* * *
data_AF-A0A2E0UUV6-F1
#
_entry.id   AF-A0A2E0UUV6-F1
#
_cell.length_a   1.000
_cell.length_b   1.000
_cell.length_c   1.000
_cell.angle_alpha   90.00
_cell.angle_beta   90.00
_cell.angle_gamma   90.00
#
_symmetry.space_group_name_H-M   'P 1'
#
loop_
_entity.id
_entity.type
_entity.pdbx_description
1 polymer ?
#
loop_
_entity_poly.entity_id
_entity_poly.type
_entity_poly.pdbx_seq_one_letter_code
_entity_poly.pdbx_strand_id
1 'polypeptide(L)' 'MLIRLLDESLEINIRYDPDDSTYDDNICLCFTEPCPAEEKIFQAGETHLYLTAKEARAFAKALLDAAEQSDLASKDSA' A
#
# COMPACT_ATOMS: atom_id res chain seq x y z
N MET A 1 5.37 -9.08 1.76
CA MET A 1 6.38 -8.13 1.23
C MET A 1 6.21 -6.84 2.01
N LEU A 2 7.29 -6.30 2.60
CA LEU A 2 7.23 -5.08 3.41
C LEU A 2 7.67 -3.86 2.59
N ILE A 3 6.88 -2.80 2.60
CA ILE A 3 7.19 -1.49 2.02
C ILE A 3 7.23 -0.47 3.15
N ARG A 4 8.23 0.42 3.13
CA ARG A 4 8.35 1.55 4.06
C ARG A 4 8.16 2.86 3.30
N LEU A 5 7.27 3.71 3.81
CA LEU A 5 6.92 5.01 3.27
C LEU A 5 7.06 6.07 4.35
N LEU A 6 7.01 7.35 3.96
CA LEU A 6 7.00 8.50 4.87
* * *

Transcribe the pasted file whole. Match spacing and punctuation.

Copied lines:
data_AF-A0A2E0UUV6-F1
#
_entry.id   AF-A0A2E0UUV6-F1
#
_cell.length_a   1.000
_cell.length_b   1.000
_cell.length_c   1.000
_cell.angle_alpha   90.00
_cell.angle_beta   90.00
_cell.angle_gamma   90.00
#
_symmetry.space_group_name_H-M   'P 1'
#
loop_
_entity.id
_entity.type
_entity.pdbx_description
1 polymer ?
#
loop_
_entity_poly.entity_id
_entity_poly.type
_entity_poly.pdbx_seq_one_letter_code
_entity_poly.pdbx_strand_id
1 'polypeptide(L)' 'MLIRLLDESLEINIRYDPDDSTYDDNICLCFTEPCPAEEKIFQAGETHLYLTAKEARAFAKALLDAAEQSDLASKDSA' A
#
# COMPACT_ATOMS: atom_id res chain seq x y z
N MET A 1 5.37 -9.08 1.76
CA MET A 1 6.38 -8.13 1.23
C MET A 1 6.21 -6.84 2.01
N LEU A 2 7.29 -6.30 2.60
CA LEU A 2 7.23 -5.08 3.41
C LEU A 2 7.67 -3.86 2.59
N ILE A 3 6.88 -2.80 2.60
CA ILE A 3 7.19 -1.49 2.02
C ILE A 3 7.23 -0.47 3.15
N ARG A 4 8.23 0.42 3.13
CA ARG A 4 8.35 1.55 4.06
C ARG A 4 8.16 2.86 3.30
N LEU A 5 7.27 3.71 3.81
CA LEU A 5 6.92 5.01 3.27
C LEU A 5 7.06 6.07 4.35
N LEU A 6 7.01 7.35 3.96
CA LEU A 6 7.00 8.50 4.87